Nothing to fear

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A colleague recently told me of a teacher in her school who seems paranoid about students making mistakes in their referencing. He hounds them. Commas, UPPER and lower case, shape of brackets and parentheses, order of elements, everything – everything must be as per style guide, lest they be accused of academic dishonesty. Tortuous exercises, harangues, endless tests, mini-style guides, all coupled with careful, minute checking of every piece of work and submission to Turnitin to boot … for fear of plagiarism.

The students, it seems, are so scared of making mistakes that their writing is sometimes forced, their thinking is blunted. Many of them spend more time on getting the references right than they spend reading and writing. A few, it seems, prefer not to read or to use other people’s work at all – it saves the bother of referencing (and limits their awarenesses in other ways?).

It’s a shame and a disservice. It is wrong. It is wrong, not least because academic honesty has little if anything to do with correctly formatted references. Citation, yes, the signals and indications in the text which say, this is not mine, I got these words, thoughts, figures, ideas from somebody else, and I am showing when these are the exact words through my use of quotation marks/indentation/whatever. That is where the honesty lies and, in most style guides, “formatting” these citations is relatively straightforward.

Nor does it matter, in terms of (academic) honesty, if the formatting is wrong, as long as the signal and the intention is clear, and the source cited is the source used. (For more on this, see my previous post, Somewhere over the spectrum).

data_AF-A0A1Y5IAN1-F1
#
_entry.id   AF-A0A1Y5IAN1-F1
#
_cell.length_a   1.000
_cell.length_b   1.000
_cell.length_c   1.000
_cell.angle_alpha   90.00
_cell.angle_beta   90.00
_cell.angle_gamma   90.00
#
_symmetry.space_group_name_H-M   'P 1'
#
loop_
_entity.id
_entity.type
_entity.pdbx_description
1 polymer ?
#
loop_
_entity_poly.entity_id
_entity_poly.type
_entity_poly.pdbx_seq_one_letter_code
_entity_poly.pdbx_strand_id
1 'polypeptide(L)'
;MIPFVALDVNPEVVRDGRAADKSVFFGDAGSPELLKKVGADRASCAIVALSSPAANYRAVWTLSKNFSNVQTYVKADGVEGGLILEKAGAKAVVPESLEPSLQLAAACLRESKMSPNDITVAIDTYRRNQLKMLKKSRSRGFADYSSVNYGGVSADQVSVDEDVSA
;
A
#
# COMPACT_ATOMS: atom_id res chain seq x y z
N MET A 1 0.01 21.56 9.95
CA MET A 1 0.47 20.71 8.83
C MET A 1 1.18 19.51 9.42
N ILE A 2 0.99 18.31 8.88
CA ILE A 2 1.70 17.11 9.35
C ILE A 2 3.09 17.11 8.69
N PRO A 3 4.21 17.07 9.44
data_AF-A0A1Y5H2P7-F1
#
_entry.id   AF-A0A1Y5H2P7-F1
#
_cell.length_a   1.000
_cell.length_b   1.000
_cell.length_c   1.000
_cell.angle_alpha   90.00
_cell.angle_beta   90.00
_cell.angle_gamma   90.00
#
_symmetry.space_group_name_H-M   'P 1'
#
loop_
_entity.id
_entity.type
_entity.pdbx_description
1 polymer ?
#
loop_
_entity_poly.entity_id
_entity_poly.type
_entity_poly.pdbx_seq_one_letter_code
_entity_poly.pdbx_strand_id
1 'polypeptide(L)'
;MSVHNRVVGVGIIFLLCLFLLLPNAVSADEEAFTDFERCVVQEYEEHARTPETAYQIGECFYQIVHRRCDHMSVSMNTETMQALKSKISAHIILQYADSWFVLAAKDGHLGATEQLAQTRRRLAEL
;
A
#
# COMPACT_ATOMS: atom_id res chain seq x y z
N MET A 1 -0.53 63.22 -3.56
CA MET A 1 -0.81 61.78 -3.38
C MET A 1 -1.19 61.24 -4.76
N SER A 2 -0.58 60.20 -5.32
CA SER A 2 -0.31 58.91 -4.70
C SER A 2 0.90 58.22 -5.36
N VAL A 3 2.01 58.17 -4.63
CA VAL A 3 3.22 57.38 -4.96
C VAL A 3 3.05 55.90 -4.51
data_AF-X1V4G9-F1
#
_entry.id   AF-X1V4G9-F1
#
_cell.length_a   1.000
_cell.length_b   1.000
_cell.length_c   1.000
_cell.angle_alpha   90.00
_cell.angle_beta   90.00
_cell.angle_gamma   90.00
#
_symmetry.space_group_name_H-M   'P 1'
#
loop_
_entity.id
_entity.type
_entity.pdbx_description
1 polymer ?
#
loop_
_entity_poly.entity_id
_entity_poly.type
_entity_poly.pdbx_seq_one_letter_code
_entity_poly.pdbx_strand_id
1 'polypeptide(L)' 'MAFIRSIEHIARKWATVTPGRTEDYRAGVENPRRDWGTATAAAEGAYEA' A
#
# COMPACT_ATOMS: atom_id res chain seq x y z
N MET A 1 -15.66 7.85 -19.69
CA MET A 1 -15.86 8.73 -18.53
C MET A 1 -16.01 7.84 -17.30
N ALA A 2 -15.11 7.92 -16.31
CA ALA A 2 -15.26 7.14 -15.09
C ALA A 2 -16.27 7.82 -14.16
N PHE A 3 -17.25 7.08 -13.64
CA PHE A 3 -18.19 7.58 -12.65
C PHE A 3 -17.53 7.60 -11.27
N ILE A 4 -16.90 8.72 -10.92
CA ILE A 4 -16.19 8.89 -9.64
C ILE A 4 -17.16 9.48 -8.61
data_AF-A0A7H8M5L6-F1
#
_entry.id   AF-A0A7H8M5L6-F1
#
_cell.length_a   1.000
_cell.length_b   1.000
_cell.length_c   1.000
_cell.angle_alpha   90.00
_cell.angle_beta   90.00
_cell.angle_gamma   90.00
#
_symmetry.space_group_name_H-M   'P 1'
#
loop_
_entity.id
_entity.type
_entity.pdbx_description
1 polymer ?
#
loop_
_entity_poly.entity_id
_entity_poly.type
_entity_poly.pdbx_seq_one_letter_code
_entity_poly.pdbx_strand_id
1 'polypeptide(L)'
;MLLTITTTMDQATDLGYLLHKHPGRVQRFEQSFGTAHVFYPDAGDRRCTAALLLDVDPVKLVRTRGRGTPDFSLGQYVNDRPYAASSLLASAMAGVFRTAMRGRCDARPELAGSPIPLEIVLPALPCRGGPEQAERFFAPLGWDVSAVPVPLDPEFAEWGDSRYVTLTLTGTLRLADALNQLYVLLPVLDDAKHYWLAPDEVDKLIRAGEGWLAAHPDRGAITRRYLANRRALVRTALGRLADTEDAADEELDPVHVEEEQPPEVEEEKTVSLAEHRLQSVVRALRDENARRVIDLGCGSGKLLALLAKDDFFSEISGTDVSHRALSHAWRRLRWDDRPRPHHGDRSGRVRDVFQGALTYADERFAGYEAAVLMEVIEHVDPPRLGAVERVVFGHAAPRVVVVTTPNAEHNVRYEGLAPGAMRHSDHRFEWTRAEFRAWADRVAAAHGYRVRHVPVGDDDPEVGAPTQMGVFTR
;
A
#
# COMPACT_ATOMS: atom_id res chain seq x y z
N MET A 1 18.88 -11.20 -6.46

Referencing, the list of sources cited with all the details which allow readers to find the exact source used, that has little connection with honesty. Referencing is academics. “Correct” formatting demonstrates scholarship, worthiness of joining the academic conversation. Incorrectly formatted references are the equivalent of mistakes in grammar or spelling; not good, not scholarly – but not plagiarism either.

Correctly formatted citations? Easy – relatively easy! There is not a lot which has to be remembered. At its simplest, the author’s name (in parentheses at the end of the sentence) is enough (along with any necessary quotation marker/s).

Slightly more difficult, author’s name, date and page if and as appropriate for the style guide being used.

The most important rule is to signal quotations (simple copy-and-paste, word-for-word use of someone else’s exact words) with quotation marks, or any other recognised signal or marker which indicates a quotation. The signal most commonly used (after quotation marks) is a block quotation or indented paragraph. A change of font is sometimes used. There are conventions for indicating when words have been left out from a word-for-word quotation, or for indicating when the writer has changed or added words to the original, usually for grammatical sense or for explanation. These are more advanced uses of quotations. When introducing the notion of quotations and quotation markers, best advice is not to over-complicate. Introduce the advanced options at an appropriate time.

The second most important rule is to indicate that the words, the quotations, the ideas, the data, the thoughts, the images, the whatever, originate elsewhere, not with the present writer. Ideally, the source will be known and can be indicated and identified. Even more ideally, the source can be indicated according to the style guide in use. Less ideally, less scholarly, any indication that the words, ideas, thoughts, whatever originate with someone other than the writer demonstrate honesty. It is not scholarly to write, “I once read that …” but it is honest. The writer cannot be charged with plagiarism.

My favourite illustration of this point is Jamie McKenzie who, in an article Scoring Power Points published in 2000 wrote

PowerPointlessness (a term I first encountered on a trip to Australia) is a problem that reaches beyond schools into the business world.

McKenzie does not know who coined the word. He probably wishes he had. He is honest: he is saying, as it were, “This is not my word, it’s a new word and somebody deserves the credit; it expresses just what I want to say.”

Two rules, just two rules. Quotation markers, and indication that the source is other than the present writer. Nothing too difficult, nothing to be afraid of.

One thought on “Nothing to fear

  1. Pingback: Lighten the load | Honesty, honestly…

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